Hot Blooded At Blossom: Foreigner and Whitesnake

July 11th, 2018

Legacy bands are all the rage right now.  Whether it's a band of millennials eager to see what all the fuss is regarding their parents' favorite bands or middle-aged accountants trying to relive the halcyon days of their youth, outfits like Journey, Lynyrd Skynyrd and, especially, Foreigner, are as hot as a walk on a Hawaiian beach right now.

Foreigner recently celebrated their fortieth anniversary and have shown no signs of slowing down.  Each time they've played Northeast Ohio the legacy band has attracted huge crowds.  Although most of the musicians that helped to make the band the juggernaut that they still are today have moved on, including lead vocalist and song co-writer Lou Gramm, throngs don't care.  They just want to hear the tunes that have become such a large part of the contemporary American Songbook.

Band founder Mick Jones, at a spry 73 years old, still makes appearances with his outfit, but the band is also made up of a bevy of heavy hitters.  Kelly Hansen (of Hurricane fame) joined the band as the lead vocalist in the early aughts, after Lou Gramm left once and for all.  Channeling Steven Tyler, Hansen's a capable frontman and helps to erase the loss of Gramm.  Jeff Pilson, who played with Dokken and Dio, started plunking the strings as the resident bass player in 2004. Rhythm guitarist/saxophonist Thom Gimbel joined Foreigner in the mid '90s, while Michael Bluestein has been the band's keyboardist since 2008. Guitarist Bruce Watson joined the group in 2011 and drummer Chris Frazier has been pounding on the skins since 2012.  


Okay, professional credentials aside, how was the show?

Remember the Foreigner greatest hits album, Records, that came out about thirty years ago?  That's pretty much what we got:  A two-hour live version of that record.  It's amazing to think how prolific this outfit was in their heyday.  Every song that made them popular got played last night.  Opening with "Long, Long Way From Home," vocalist Hansen really set the tone for the rest of the evening.  Coming to the stage last, founder Jones made his first appearance with the band in Northeast Ohio since 2012.  Although Foreigner has played here numerous times, Jones had sat out those several  appearances.

Offering up a trifecta of pop perfection, "Double Vision," "Head Games," and "Cold As Ice" were served up to really get the audience going.  In fifth position was "Waiting For A  Girl Like You;" Hansen did a killer job on this rendition, it's easy to see why he was tapped to replace the iconic vocals of past frontman Gramm. It was almost enough to make you forget that he was once a member of this band.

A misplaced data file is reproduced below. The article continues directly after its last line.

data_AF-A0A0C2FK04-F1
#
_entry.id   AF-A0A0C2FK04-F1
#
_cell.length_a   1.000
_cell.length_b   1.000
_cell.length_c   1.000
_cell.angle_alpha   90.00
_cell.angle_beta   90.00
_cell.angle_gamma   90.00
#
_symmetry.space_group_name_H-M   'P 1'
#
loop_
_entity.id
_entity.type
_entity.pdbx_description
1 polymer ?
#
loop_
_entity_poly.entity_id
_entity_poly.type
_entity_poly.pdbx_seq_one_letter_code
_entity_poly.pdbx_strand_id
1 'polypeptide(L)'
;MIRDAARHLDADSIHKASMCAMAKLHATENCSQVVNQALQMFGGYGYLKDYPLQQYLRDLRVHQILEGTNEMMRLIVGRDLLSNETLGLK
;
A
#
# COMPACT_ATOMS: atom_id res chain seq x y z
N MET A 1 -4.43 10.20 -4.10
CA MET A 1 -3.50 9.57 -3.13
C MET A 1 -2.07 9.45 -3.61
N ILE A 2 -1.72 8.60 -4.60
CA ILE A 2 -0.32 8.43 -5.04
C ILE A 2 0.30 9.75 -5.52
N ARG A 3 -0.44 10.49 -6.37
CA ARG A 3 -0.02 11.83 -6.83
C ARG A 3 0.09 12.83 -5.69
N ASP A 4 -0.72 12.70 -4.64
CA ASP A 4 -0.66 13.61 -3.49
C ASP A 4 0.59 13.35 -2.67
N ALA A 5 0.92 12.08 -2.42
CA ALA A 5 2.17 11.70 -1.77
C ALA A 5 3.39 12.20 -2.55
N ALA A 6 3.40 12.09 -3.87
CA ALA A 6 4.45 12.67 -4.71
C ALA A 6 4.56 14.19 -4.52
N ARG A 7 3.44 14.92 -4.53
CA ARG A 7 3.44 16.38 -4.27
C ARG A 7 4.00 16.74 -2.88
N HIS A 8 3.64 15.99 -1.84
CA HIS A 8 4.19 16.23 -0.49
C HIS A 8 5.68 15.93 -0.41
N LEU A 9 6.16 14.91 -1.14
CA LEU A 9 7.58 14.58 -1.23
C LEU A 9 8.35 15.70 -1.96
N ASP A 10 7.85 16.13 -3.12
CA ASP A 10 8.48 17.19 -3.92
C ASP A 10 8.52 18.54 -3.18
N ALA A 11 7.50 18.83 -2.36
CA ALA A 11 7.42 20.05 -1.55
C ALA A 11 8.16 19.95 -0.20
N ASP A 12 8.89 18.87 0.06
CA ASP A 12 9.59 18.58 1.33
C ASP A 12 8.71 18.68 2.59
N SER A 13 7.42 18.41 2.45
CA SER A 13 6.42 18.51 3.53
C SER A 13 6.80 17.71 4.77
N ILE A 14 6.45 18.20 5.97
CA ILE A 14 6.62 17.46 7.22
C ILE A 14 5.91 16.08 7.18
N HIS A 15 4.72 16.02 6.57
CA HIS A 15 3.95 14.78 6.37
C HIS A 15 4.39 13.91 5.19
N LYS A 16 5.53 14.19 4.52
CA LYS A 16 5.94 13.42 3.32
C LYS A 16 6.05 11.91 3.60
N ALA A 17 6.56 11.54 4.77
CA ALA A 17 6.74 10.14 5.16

And the hits continued...there wasn't a misfire in the entire set.  "Dirty White Boy," "Urgent" and, of course, "Jukebox Hero" all made mid-set appearances, followed by "I Want To Know What Love Is" and a phenomenal rendition of "Hot Blooded," which brought the crowd to their feet on an uncharacteristically cool July evening at Blossom.

 

Starting the evening off was Jason Bonham and his Led Zeppelin Experience.  Drummer Bonham is the son of deceased Zeppelin drummer John Bonham.  The elder Bonham has been considered by many (including Rolling Stone) to be the best rock drummer of all time.  Playing a short set of forty minutes or so, the band covered much of his father's material.  It served to warm the crowd up and prepare them for the next two acts. 

 

Former Deep Purple frontman David Coverdale brought his talents to Blossom's stage next with his most well-known project Whitesnake.  Founded in 1978, the outfit achieved a high level of success in the mid-1980s with tunes such as "Here I Go Again" and "Is This Love?"

Bringing a level of intensity to the proceedings, Coverdale displayed an energy for a man half his age.  Joel Hoekstra, of Trans-Siberian Orchestra notoriety, brought his million-watt smile to the stage.  His shredding and hair-whirling almost stole the show from Coverdale.

 

Journeyman drummer Tommy Aldridge pounded on the skins from high aloft the back of the stage.  "Reb" Beach, of Winger and Dokken fame, rounded out the roster of talented musicians.

Offering a ten-song set, they started off with "Bad Boys" from the eponymously-titled 1987 album.  Mid-set offering "Crying In The Rain" showcased Aldridge's drumming capabilities (and, oh boy, what a drummer), which was then followed up with the massive hit "Is This Love?"

 

Closing out the night were two more of the band's hits, "Here I Go Again" and "Still of the Night."

 

Photos and Review by Brian M. Lumley

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